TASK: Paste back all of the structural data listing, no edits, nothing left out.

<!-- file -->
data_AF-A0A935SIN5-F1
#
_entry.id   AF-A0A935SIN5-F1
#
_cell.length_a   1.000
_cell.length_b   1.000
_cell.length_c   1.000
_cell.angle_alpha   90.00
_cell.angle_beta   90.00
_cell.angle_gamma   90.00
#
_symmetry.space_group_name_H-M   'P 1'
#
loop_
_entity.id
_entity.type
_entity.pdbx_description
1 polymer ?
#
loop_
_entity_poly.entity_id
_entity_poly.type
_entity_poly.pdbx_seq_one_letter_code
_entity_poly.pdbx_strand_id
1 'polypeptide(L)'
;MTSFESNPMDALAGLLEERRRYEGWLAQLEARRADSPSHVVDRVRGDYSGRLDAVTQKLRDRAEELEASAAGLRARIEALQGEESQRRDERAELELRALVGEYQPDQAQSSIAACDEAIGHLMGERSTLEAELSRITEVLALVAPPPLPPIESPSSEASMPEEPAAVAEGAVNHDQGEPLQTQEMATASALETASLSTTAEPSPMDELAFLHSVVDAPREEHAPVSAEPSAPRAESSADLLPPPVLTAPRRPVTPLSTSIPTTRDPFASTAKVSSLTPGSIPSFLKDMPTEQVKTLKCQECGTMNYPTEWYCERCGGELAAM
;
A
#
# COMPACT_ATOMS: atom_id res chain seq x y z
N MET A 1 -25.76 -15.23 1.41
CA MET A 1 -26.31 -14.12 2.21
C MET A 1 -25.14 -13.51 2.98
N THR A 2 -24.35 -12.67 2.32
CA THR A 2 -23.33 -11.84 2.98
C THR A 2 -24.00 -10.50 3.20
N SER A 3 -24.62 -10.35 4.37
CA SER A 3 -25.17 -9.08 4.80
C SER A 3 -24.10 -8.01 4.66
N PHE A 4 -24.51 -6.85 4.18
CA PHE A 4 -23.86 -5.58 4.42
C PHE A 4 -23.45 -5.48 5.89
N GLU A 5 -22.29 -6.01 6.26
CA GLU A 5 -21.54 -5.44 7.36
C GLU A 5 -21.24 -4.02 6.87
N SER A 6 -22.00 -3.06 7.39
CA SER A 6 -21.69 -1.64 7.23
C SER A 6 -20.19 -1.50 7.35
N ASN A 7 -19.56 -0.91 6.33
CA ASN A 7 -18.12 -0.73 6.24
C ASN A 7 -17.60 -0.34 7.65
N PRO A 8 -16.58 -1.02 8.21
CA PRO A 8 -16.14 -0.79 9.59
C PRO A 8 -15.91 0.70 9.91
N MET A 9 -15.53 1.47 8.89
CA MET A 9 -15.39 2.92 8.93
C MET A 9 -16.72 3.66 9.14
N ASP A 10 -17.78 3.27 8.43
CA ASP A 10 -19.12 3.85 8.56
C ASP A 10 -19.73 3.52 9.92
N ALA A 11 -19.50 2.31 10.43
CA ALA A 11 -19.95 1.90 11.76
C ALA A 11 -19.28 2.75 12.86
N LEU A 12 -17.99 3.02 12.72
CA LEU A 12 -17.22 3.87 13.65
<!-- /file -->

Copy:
data_AF-A0A935SIN5-F1
#
_entry.id   AF-A0A935SIN5-F1
#
_cell.length_a   1.000
_cell.length_b   1.000
_cell.length_c   1.000
_cell.angle_alpha   90.00
_cell.angle_beta   90.00
_cell.angle_gamma   90.00
#
_symmetry.space_group_name_H-M   'P 1'
#
loop_
_entity.id
_entity.type
_entity.pdbx_description
1 polymer ?
#
loop_
_entity_poly.entity_id
_entity_poly.type
_entity_poly.pdbx_seq_one_letter_code
_entity_poly.pdbx_strand_id
1 'polypeptide(L)'
;MTSFESNPMDALAGLLEERRRYEGWLAQLEARRADSPSHVVDRVRGDYSGRLDAVTQKLRDRAEELEASAAGLRARIEALQGEESQRRDERAELELRALVGEYQPDQAQSSIAACDEAIGHLMGERSTLEAELSRITEVLALVAPPPLPPIESPSSEASMPEEPAAVAEGAVNHDQGEPLQTQEMATASALETASLSTTAEPSPMDELAFLHSVVDAPREEHAPVSAEPSAPRAESSADLLPPPVLTAPRRPVTPLSTSIPTTRDPFASTAKVSSLTPGSIPSFLKDMPTEQVKTLKCQECGTMNYPTEWYCERCGGELAAM
;
A
#
# COMPACT_ATOMS: atom_id res chain seq x y z
N MET A 1 -25.76 -15.23 1.41
CA MET A 1 -26.31 -14.12 2.21
C MET A 1 -25.14 -13.51 2.98
N THR A 2 -24.35 -12.67 2.32
CA THR A 2 -23.33 -11.84 2.98
C THR A 2 -24.00 -10.50 3.20
N SER A 3 -24.62 -10.35 4.37
CA SER A 3 -25.17 -9.08 4.80
C SER A 3 -24.10 -8.01 4.66
N PHE A 4 -24.51 -6.85 4.18
CA PHE A 4 -23.86 -5.58 4.42
C PHE A 4 -23.45 -5.48 5.89
N GLU A 5 -22.29 -6.01 6.26
CA GLU A 5 -21.54 -5.44 7.36
C GLU A 5 -21.24 -4.02 6.87
N SER A 6 -22.00 -3.06 7.39
CA SER A 6 -21.69 -1.64 7.23
C SER A 6 -20.19 -1.50 7.35
N ASN A 7 -19.56 -0.91 6.33
CA ASN A 7 -18.12 -0.73 6.24
C ASN A 7 -17.60 -0.34 7.65
N PRO A 8 -16.58 -1.02 8.21
CA PRO A 8 -16.14 -0.79 9.59
C PRO A 8 -15.91 0.70 9.91
N MET A 9 -15.53 1.47 8.89
CA MET A 9 -15.39 2.92 8.93
C MET A 9 -16.72 3.66 9.14
N ASP A 10 -17.78 3.27 8.43
CA ASP A 10 -19.12 3.85 8.56
C ASP A 10 -19.73 3.52 9.92
N ALA A 11 -19.50 2.31 10.43
CA ALA A 11 -19.95 1.90 11.76
C ALA A 11 -19.28 2.75 12.86
N LEU A 12 -17.99 3.02 12.72
CA LEU A 12 -17.22 3.87 13.65